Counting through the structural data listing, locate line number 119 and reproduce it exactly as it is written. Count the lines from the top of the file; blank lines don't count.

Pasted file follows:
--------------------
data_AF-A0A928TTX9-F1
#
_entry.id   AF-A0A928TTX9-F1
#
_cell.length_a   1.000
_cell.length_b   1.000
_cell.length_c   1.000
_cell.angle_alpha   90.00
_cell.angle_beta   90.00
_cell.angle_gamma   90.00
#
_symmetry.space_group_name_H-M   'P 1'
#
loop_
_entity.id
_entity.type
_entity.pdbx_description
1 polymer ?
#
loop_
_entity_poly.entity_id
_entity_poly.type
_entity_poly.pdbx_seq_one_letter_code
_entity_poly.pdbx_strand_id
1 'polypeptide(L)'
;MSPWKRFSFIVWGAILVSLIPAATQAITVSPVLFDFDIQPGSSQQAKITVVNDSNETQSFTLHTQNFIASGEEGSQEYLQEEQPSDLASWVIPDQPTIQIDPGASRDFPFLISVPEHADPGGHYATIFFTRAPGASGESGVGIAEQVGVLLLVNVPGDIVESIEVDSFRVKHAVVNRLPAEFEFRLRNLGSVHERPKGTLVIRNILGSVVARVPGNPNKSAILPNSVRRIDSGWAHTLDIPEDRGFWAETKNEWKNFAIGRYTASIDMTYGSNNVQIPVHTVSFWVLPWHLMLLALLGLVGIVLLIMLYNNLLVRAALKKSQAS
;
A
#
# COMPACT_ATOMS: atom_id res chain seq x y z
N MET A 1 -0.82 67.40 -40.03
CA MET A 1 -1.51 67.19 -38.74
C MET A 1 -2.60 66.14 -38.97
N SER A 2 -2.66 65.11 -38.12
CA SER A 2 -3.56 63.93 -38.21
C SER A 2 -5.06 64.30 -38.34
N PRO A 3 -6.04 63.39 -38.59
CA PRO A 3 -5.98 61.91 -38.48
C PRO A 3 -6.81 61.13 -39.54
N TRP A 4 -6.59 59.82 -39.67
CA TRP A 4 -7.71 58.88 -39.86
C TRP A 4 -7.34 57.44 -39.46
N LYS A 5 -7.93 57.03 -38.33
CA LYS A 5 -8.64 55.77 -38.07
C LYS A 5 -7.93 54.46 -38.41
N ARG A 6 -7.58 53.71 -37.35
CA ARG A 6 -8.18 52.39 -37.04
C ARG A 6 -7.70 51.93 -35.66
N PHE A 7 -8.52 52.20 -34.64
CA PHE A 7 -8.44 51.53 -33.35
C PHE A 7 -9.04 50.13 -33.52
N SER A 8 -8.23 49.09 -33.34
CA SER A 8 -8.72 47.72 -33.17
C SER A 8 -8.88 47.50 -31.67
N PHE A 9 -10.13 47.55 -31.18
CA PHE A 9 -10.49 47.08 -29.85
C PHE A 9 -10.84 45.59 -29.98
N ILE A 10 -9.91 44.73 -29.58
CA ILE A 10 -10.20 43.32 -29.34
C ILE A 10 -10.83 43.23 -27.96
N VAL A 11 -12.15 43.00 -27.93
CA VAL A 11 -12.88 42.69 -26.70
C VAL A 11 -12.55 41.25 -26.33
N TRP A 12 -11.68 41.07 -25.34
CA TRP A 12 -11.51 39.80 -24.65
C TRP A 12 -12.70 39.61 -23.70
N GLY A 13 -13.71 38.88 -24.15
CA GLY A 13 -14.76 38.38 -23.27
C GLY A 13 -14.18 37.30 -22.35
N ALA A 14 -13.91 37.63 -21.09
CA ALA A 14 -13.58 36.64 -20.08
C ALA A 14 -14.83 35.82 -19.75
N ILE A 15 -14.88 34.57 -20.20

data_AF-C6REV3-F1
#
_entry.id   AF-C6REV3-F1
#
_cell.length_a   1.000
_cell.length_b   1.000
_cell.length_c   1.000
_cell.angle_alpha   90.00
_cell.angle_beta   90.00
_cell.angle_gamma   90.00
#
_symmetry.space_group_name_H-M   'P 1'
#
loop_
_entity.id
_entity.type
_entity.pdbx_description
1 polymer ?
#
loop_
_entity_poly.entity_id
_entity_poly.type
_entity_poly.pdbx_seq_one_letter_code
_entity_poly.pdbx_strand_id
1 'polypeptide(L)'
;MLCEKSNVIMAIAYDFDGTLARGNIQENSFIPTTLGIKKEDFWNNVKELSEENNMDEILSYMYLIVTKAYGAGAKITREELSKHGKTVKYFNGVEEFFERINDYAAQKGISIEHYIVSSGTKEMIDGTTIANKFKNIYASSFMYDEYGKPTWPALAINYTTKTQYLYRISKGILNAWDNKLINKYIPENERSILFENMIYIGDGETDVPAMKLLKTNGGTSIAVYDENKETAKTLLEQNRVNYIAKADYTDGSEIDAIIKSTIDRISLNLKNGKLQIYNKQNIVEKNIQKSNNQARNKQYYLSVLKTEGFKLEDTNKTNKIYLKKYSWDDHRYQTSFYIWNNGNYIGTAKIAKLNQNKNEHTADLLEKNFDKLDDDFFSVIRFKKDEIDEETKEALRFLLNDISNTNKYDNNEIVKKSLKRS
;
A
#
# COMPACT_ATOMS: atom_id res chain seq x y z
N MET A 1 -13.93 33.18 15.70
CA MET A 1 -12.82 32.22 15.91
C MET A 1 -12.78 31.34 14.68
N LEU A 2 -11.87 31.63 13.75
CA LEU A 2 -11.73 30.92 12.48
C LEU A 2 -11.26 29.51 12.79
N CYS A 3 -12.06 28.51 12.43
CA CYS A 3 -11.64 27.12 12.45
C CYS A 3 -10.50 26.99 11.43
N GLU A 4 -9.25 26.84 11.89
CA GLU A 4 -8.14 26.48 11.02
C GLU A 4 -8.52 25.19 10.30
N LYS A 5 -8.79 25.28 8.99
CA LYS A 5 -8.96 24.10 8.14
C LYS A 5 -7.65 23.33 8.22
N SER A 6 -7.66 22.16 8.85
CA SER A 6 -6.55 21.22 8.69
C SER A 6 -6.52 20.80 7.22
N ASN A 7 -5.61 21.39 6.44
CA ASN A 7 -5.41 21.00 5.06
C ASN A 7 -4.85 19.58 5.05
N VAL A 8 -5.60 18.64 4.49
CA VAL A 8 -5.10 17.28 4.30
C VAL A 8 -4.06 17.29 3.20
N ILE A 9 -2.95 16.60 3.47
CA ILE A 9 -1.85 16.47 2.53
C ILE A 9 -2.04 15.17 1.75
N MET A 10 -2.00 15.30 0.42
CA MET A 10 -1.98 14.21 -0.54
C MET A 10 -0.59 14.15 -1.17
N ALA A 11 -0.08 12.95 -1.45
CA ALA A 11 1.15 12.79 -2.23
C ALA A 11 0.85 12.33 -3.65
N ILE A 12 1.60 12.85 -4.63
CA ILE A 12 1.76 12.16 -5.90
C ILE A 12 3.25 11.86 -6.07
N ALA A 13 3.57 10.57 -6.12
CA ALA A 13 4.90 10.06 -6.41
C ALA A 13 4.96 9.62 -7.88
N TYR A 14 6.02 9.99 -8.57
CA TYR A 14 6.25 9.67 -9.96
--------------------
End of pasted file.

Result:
N SER A 6 -7.66 22.16 8.85